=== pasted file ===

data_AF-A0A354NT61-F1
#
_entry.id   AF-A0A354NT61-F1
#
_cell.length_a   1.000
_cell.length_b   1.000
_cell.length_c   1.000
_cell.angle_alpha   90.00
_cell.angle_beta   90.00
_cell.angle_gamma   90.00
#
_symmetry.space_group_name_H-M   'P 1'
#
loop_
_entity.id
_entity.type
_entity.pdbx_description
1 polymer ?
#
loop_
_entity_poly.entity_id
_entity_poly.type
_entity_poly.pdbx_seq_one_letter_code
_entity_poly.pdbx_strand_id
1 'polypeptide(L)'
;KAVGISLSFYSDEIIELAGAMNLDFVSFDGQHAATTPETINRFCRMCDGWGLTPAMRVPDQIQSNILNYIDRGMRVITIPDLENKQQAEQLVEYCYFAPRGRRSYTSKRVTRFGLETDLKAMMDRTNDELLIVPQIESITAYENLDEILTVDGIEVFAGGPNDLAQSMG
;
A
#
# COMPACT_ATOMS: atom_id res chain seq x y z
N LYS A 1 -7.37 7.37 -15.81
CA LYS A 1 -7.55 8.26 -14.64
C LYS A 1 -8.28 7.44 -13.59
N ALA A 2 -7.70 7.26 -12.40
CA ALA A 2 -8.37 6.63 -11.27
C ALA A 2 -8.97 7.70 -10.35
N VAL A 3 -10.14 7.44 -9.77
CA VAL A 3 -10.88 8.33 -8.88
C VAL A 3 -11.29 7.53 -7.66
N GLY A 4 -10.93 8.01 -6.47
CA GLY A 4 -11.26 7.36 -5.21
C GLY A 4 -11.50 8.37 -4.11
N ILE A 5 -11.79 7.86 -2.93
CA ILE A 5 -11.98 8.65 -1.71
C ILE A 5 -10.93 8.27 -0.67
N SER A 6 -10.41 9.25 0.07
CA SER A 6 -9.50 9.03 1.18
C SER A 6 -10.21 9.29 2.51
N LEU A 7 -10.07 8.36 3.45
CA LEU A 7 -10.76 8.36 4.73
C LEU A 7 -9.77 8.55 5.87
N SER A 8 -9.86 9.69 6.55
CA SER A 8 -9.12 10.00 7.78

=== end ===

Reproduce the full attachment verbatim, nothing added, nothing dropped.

data_AF-A0A354NT61-F1
#
_entry.id   AF-A0A354NT61-F1
#
_cell.length_a   1.000
_cell.length_b   1.000
_cell.length_c   1.000
_cell.angle_alpha   90.00
_cell.angle_beta   90.00
_cell.angle_gamma   90.00
#
_symmetry.space_group_name_H-M   'P 1'
#
loop_
_entity.id
_entity.type
_entity.pdbx_description
1 polymer ?
#
loop_
_entity_poly.entity_id
_entity_poly.type
_entity_poly.pdbx_seq_one_letter_code
_entity_poly.pdbx_strand_id
1 'polypeptide(L)'
;KAVGISLSFYSDEIIELAGAMNLDFVSFDGQHAATTPETINRFCRMCDGWGLTPAMRVPDQIQSNILNYIDRGMRVITIPDLENKQQAEQLVEYCYFAPRGRRSYTSKRVTRFGLETDLKAMMDRTNDELLIVPQIESITAYENLDEILTVDGIEVFAGGPNDLAQSMG
;
A
#
# COMPACT_ATOMS: atom_id res chain seq x y z
N LYS A 1 -7.37 7.37 -15.81
CA LYS A 1 -7.55 8.26 -14.64
C LYS A 1 -8.28 7.44 -13.59
N ALA A 2 -7.70 7.26 -12.40
CA ALA A 2 -8.37 6.63 -11.27
C ALA A 2 -8.97 7.70 -10.35
N VAL A 3 -10.14 7.44 -9.77
CA VAL A 3 -10.88 8.33 -8.88
C VAL A 3 -11.29 7.53 -7.66
N GLY A 4 -10.93 8.01 -6.47
CA GLY A 4 -11.26 7.36 -5.21
C GLY A 4 -11.50 8.37 -4.11
N ILE A 5 -11.79 7.86 -2.93
CA ILE A 5 -11.98 8.65 -1.71
C ILE A 5 -10.93 8.27 -0.67
N SER A 6 -10.41 9.25 0.07
CA SER A 6 -9.50 9.03 1.18
C SER A 6 -10.21 9.29 2.51
N LEU A 7 -10.07 8.36 3.45
CA LEU A 7 -10.76 8.36 4.73
C LEU A 7 -9.77 8.55 5.87
N SER A 8 -9.86 9.69 6.55
CA SER A 8 -9.12 10.00 7.78